"And why?" asked May, while the indignant blood flushed her cheeks, and her impulse to say something sharp and mortifying to the young worldling's pride, was strong within her; but she thought of the mild and lowly Virgin, and the humility of her DIVINE SON, and added, in a quiet tone, "Uncle Stillinghast will certainly expect you to make yourself useful."

"And if I don't?"

"I fear you will rue it."

"Well, this looks more civilized!" said Helen, after they went down. "What nice antique furniture! how delightful those geraniums are; and how charming the fire looks and feels!"

"Here is your breakfast, dear Helen; eat it while it is warm," said May, coming in with a small tray, which she arranged on a stand behind her.

"Thank you, dear little lady; really this coffee is delicious, and the toast is very nice," said Helen, eating her breakfast with great go?t.

"I am glad you relish it; and now that you are comfortably fixed, if you will excuse me, I will run out for an hour or so; I have some little matters to attend to down street. You will find a small bamboo tub in the next room, when you finish eating, in which you can wash up your cup and saucer, and plate."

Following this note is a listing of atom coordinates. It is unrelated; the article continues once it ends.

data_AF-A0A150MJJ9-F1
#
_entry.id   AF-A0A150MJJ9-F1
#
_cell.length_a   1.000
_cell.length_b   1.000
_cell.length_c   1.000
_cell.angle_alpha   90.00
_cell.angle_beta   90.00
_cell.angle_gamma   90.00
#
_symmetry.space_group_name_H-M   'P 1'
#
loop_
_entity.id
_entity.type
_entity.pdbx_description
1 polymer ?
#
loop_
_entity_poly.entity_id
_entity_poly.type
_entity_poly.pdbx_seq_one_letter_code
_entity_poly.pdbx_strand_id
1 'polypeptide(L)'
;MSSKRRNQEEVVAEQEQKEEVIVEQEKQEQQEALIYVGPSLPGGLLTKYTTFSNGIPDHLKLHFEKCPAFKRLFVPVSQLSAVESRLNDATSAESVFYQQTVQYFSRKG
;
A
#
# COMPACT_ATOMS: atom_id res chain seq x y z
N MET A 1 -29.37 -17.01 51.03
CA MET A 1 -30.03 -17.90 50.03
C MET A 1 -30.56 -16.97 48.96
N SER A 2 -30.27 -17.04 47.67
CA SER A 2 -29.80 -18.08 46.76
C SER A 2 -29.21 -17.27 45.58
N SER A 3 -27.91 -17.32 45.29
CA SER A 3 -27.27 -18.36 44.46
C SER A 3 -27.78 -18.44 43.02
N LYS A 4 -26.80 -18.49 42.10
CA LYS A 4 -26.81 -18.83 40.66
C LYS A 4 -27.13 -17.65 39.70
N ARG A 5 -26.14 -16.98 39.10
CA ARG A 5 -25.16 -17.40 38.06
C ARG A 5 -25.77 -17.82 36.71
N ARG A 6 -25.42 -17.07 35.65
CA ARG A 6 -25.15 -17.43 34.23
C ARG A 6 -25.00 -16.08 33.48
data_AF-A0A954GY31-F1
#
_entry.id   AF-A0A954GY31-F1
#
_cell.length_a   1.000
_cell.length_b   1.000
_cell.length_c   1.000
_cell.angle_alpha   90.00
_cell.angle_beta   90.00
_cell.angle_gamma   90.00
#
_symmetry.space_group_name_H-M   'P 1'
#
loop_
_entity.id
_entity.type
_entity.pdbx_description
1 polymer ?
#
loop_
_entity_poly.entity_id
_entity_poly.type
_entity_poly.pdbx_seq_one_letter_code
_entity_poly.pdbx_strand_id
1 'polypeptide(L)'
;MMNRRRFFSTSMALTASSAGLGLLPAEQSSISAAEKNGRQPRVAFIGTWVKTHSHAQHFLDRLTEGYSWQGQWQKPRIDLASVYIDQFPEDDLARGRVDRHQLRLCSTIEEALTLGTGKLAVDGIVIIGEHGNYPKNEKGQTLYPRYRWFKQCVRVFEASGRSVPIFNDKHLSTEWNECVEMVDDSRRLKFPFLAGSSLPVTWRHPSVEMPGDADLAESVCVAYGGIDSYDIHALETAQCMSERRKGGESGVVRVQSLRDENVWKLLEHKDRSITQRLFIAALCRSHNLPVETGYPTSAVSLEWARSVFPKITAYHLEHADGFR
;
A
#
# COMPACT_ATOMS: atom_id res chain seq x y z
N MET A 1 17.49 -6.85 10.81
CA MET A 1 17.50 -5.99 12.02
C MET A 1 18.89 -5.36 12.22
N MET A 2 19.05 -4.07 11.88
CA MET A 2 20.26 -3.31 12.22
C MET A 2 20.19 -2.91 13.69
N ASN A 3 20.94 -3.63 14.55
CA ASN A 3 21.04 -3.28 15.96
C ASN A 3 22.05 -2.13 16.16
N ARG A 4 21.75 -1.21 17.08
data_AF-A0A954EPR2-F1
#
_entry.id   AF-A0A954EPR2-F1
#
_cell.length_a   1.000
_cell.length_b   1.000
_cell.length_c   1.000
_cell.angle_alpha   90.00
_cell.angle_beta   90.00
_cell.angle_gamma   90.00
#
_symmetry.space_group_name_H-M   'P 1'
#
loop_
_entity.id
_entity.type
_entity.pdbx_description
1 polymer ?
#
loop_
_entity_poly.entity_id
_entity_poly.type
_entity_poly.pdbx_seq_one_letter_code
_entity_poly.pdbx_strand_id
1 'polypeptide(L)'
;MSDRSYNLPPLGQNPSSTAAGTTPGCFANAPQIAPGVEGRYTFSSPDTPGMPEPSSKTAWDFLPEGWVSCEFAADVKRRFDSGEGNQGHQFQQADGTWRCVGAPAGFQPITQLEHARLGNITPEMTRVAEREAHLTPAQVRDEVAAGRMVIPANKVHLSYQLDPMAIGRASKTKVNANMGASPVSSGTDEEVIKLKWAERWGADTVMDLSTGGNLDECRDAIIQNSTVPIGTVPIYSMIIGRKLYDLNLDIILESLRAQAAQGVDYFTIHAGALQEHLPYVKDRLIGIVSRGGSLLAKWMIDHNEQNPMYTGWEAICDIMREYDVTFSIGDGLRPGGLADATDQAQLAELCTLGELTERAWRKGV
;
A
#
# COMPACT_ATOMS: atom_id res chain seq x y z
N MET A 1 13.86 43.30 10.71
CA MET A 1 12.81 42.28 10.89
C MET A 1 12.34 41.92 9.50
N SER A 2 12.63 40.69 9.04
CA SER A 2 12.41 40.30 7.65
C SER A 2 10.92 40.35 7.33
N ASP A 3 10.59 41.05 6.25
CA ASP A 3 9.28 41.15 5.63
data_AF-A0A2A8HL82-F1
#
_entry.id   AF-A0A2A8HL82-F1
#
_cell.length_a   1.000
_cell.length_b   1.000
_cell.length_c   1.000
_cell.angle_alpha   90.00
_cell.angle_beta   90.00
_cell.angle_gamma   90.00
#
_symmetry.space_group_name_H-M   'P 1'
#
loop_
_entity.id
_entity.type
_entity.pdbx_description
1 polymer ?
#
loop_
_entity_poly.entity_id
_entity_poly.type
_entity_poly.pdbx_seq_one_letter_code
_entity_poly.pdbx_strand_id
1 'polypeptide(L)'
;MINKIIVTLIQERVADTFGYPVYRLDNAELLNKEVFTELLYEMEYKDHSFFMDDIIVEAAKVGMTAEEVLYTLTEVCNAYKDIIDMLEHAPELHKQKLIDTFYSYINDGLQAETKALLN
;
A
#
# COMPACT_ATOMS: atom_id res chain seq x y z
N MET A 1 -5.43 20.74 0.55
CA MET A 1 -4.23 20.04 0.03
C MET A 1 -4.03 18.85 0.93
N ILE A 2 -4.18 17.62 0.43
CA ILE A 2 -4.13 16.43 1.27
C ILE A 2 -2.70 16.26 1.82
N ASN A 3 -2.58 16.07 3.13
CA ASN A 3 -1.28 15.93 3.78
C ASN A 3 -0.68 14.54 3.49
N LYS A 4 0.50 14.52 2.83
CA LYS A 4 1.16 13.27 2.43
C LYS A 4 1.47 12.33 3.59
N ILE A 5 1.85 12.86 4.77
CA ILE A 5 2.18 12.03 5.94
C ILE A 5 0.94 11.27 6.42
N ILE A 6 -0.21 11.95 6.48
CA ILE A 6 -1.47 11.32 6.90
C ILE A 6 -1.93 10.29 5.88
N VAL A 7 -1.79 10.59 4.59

"Yes, dame Trot, I will endeavor to do so!" said Helen, with a droll grimace.

"The tea-towel is folded up on the first shelf in that closet near you; so, good morning," said May, laughing, as she took up her work-basket, and went upstairs to get her bonnet and wrappings, and make other arrangements; then drawing on her walking-boots, and twisting a nubae around her throat, she went out, with a bundle in her hand, and walked with a brisk pace down the street. She soon approached a gothic church-a church of the Liguorian Missions, and at the distance of half a square, heard the solemn and heavenly appeals of the organ, rolling in soft aerial billows past her. She quickened her steps, and pushing gently against the massive door, went in. A solemn mass was being offered, and a requiem chanted, for the repose of the soul of a member of the arch-confraternity of the Immaculate Heart of MARY. "I thank thee, dear Jesus, for giving me this opportunity to adore thee," whispered May, kneeling in the crowd, "for all thy tender mercies